Saskatchewan

Sharing the love: Authors want your stories about what makes Saskatchewan special

Two authors are encouraging people to submit their stories about why they love Saskatchewan for their latest endeavour, The Sask Love Project.

Submissions will be accepted all summer for The Sask Love Project

Michael Slobodian, left, and Krista McDivitt are gathering Saskatchewan stories and memories for a new book. (CBC News/Alex Soloducha)

Krista McDivitt and Michael Slobodian want to unite Saskatchewan by gathering stories from people across the province. 

The business partners — who are also authors and teachers — are encouraging people to write about why they love Saskatchewan for their latest endeavour, The Sask Love Project.

McDivitt and Slobodian will gather and curate the stories for a book, which McDivitt says will show where Saskatchewan is today. 

"I think something like this will build Saskatchewan pride and kind of show the rest of Canada ... 'Hey, we're kind of awesome' and bring our communities together," said McDivitt.

"I hope that people can look around and realize how lucky we are and realize that this is a really great place to live and there's some really wonderful people and wonderful things happening in Saskatchewan."

The pair published their first book, and away they went, this spring, which tells the story of two children on an adventure in Saskatchewan. They also started their own publishing company Here We Inspire this year, with the goal of publishing work from kids, for kids.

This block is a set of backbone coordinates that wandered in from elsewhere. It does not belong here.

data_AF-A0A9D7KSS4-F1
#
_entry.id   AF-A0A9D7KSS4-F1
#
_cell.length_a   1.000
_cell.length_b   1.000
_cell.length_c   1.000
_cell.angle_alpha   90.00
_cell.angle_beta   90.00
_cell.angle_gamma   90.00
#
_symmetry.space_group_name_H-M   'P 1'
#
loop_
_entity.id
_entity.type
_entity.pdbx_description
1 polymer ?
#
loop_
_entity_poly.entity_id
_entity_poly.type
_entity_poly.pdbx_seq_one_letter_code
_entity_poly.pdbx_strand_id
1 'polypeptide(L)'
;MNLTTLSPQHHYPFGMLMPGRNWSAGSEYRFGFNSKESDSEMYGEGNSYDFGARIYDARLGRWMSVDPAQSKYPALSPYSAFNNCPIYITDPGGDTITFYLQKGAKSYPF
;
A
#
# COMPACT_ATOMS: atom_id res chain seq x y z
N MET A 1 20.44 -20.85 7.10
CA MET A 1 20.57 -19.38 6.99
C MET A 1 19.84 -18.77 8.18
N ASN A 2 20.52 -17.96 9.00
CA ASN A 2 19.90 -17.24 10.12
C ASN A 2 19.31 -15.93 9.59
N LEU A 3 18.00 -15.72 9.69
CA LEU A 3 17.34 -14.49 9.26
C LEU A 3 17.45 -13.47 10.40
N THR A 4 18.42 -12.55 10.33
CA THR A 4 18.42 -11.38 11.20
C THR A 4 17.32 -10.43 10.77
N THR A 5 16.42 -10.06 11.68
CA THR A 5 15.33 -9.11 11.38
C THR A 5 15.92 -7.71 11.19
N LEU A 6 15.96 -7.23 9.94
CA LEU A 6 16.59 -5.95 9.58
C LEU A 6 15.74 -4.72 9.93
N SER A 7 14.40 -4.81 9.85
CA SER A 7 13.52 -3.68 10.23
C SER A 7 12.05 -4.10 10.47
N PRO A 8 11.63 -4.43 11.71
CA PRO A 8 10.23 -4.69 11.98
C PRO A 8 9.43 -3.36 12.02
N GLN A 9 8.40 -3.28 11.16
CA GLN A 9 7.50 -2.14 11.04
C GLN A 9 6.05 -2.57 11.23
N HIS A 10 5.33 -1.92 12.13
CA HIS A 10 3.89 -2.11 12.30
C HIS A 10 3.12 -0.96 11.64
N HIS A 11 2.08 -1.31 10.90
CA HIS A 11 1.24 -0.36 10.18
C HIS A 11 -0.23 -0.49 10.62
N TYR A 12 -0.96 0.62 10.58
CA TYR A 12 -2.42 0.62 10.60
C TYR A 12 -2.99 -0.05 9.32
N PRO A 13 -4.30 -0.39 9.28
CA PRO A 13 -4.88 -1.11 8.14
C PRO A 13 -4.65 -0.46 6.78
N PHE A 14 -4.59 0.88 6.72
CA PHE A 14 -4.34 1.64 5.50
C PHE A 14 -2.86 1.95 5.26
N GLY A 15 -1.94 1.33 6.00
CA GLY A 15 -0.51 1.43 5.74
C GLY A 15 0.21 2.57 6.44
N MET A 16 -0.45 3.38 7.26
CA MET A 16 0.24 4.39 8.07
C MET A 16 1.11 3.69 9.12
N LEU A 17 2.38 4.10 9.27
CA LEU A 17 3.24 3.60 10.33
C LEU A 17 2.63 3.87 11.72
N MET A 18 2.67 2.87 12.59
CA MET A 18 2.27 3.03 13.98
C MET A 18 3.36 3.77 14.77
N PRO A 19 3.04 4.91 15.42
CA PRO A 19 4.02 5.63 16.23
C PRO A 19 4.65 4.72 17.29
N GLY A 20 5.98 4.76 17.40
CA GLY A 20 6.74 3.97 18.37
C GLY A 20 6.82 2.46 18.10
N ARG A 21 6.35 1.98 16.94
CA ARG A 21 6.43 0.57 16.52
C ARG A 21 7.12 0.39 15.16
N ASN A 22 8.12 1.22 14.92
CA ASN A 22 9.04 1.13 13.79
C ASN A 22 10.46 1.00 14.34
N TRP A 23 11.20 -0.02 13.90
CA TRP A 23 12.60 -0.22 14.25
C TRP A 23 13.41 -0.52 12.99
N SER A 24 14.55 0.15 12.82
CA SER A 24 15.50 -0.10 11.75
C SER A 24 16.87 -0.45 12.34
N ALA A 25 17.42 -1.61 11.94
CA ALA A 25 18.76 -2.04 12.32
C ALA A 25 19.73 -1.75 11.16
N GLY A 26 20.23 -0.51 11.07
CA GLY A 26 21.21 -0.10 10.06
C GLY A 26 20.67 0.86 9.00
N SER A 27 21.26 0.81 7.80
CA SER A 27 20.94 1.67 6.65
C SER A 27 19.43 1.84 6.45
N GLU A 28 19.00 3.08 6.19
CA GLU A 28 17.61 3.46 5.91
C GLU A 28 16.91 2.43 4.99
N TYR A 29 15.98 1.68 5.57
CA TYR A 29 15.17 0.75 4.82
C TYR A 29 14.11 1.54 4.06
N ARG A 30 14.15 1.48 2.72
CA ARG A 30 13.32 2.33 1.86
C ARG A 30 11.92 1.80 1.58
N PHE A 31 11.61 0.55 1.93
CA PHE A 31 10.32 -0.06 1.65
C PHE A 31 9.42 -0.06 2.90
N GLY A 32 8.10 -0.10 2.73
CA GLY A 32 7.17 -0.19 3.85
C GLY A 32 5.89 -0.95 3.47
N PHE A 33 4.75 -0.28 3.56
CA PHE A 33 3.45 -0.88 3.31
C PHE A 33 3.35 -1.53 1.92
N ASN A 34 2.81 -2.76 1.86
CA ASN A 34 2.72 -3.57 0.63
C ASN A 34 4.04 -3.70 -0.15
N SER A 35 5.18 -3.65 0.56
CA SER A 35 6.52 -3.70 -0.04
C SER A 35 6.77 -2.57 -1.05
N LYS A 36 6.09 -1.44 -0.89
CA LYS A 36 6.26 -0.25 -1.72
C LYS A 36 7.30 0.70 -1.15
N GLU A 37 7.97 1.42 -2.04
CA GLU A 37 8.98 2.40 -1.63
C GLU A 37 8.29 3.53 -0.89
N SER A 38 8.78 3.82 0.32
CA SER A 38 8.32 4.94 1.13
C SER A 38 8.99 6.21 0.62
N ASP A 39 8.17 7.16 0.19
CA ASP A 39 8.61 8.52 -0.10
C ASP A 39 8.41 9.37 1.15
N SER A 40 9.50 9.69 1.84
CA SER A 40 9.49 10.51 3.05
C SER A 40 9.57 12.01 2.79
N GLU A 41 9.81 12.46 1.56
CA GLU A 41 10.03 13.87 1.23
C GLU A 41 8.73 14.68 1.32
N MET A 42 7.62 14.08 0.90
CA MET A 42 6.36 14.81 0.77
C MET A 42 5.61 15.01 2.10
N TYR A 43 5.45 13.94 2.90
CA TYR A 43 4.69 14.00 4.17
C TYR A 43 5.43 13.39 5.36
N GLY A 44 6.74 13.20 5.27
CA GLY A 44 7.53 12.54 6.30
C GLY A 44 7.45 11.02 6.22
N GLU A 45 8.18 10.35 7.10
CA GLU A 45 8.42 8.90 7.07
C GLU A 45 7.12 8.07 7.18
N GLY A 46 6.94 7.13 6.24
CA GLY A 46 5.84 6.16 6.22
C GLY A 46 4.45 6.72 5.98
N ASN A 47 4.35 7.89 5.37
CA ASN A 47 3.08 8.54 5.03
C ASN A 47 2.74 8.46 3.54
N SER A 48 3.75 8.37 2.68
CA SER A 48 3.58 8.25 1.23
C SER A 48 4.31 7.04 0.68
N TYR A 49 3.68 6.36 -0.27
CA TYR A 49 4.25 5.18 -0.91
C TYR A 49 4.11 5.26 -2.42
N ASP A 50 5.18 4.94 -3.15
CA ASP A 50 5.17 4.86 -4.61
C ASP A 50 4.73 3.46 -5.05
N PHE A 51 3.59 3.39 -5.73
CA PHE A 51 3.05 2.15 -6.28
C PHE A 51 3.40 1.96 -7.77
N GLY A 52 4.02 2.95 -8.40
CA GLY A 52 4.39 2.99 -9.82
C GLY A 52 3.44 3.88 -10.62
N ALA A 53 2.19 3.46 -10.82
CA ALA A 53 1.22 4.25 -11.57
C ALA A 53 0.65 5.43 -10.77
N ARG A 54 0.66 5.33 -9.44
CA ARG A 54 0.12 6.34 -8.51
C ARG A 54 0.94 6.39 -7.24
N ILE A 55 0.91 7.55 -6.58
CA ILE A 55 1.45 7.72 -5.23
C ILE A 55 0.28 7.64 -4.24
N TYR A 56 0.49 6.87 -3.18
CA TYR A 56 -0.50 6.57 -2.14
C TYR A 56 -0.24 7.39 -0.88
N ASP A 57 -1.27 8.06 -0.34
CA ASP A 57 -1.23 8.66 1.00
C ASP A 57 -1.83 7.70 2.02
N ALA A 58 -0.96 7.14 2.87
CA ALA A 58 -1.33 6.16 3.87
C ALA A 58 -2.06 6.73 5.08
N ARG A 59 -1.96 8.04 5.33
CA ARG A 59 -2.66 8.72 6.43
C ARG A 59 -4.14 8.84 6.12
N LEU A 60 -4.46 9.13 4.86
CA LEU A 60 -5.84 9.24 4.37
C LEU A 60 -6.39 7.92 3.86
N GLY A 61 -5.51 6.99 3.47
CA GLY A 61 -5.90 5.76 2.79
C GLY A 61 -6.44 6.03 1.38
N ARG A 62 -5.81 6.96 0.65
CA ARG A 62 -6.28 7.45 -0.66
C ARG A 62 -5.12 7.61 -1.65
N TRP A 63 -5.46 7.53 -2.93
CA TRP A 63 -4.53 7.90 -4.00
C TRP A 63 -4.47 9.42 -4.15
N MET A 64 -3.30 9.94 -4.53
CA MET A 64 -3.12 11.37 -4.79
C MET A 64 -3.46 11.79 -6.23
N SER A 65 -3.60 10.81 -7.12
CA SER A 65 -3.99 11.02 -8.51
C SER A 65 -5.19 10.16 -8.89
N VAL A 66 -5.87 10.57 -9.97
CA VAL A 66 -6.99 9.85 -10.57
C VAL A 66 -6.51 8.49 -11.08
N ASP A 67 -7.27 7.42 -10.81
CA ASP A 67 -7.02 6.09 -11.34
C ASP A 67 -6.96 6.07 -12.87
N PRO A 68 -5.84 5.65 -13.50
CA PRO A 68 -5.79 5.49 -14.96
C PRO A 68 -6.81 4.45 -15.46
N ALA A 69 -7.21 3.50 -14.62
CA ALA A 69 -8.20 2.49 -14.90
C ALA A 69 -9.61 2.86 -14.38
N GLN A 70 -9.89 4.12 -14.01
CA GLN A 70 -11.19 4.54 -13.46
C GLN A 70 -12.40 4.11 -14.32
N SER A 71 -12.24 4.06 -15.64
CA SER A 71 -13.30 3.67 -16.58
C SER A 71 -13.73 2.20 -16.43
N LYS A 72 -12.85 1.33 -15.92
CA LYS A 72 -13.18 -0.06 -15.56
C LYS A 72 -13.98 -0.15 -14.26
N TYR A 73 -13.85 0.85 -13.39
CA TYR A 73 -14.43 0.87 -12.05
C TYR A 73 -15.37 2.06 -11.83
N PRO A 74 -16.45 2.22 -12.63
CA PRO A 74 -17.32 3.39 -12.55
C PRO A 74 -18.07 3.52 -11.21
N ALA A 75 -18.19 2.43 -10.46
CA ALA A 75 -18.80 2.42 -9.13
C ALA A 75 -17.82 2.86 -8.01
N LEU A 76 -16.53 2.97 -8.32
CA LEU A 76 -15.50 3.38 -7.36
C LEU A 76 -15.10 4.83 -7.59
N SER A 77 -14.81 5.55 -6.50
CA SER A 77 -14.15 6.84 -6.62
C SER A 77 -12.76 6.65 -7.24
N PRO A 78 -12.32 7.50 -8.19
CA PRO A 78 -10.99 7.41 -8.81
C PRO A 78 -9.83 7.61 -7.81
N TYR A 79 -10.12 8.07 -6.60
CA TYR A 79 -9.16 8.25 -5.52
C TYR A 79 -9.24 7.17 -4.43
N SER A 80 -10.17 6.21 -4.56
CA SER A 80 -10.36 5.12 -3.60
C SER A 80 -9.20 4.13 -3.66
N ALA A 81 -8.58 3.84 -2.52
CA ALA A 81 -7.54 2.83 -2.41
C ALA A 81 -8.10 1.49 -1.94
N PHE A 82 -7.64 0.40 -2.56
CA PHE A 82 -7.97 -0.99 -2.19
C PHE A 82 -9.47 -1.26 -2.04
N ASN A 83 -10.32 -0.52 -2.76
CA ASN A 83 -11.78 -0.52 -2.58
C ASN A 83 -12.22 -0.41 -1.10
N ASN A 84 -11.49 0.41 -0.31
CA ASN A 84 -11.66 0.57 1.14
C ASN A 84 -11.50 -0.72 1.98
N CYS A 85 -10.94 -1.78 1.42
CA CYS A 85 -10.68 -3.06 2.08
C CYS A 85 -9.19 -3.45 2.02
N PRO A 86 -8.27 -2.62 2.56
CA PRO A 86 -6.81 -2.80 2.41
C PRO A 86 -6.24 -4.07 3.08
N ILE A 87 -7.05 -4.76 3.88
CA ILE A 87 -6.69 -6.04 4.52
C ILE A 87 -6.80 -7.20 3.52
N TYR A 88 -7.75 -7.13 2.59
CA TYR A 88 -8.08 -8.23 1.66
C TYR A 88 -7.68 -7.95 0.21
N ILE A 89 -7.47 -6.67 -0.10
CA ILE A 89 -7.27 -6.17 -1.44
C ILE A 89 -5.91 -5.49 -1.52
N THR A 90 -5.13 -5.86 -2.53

We're very interested to see what other people are grateful for in Saskatchewan.- Krista McDivitt

For The Sask Love Project, they want stories from kids and adults of all ages — people who have lived in Saskatchewan for decades and newcomers to the area. 

They will be travelling to various communities this summer, holding readings and workshops and gathering submissions. Their stops will include Hudson Bay and Saskatoon, but they are hoping to have more. The small town that enters the most submissions will be the focus of their next children's book.

McDivitt said the response to the project has been positive, but lots of people have told her they can't write. She said she wants to see people abandon that mentality and give writing a shot. 

"Everyone's a writer and everyone can benefit from writing down things that they love, their memories, and it sort of solidifies them in history," said McDivitt. "As soon as you write them down people aren't gonna forget them. 

"So if we can get, you know, eight-year-olds to write their story, everybody can do it." 

McDivitt said she and Slobodian were inspired by their classrooms, where they practise mindfulness and gratitude with students on a regular basis.

Both said those practises help them deal with mental health issues, and for that reason, they want to see all positive submissions. 

"We're very interested to see what other people are grateful for in Saskatchewan," McDivitt said. 

So far, they've had a range of submissions, including a story from a kid at a writer's camp who said he loves going to the Royal Saskatchewan Museum. One woman is working on a story about the 6,000 quilts that were given to the first responders and the families involved in the Humboldt tragedy.

If you have a story to submit, you can do so online until Aug. 31. You can also sign up to plan a workshop in your community or sponsor the project on their website.

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